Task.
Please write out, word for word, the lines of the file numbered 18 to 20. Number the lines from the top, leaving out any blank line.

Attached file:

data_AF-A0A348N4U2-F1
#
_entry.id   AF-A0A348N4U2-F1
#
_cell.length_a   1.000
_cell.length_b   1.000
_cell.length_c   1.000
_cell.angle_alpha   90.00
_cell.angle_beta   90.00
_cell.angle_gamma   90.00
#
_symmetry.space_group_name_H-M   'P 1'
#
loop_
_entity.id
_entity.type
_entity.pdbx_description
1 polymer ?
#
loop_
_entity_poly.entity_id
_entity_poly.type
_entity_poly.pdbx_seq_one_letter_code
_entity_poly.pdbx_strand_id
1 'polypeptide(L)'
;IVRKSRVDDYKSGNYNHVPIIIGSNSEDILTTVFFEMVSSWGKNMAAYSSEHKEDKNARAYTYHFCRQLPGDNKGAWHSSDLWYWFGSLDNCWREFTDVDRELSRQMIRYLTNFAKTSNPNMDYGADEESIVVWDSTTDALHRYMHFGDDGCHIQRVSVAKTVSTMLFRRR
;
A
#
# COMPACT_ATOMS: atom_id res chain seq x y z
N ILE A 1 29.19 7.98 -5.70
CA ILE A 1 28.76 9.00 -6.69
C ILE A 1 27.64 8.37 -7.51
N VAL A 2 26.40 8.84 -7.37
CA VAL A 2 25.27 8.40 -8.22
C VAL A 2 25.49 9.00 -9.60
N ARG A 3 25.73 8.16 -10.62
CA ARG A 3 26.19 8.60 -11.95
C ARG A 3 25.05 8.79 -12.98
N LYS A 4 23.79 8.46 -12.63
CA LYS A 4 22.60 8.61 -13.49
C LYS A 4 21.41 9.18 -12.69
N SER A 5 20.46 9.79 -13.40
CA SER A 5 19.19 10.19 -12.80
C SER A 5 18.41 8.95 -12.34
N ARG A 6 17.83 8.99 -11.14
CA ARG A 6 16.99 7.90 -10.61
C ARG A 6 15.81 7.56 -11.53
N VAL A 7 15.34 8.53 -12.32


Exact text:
1 polymer ?
#
loop_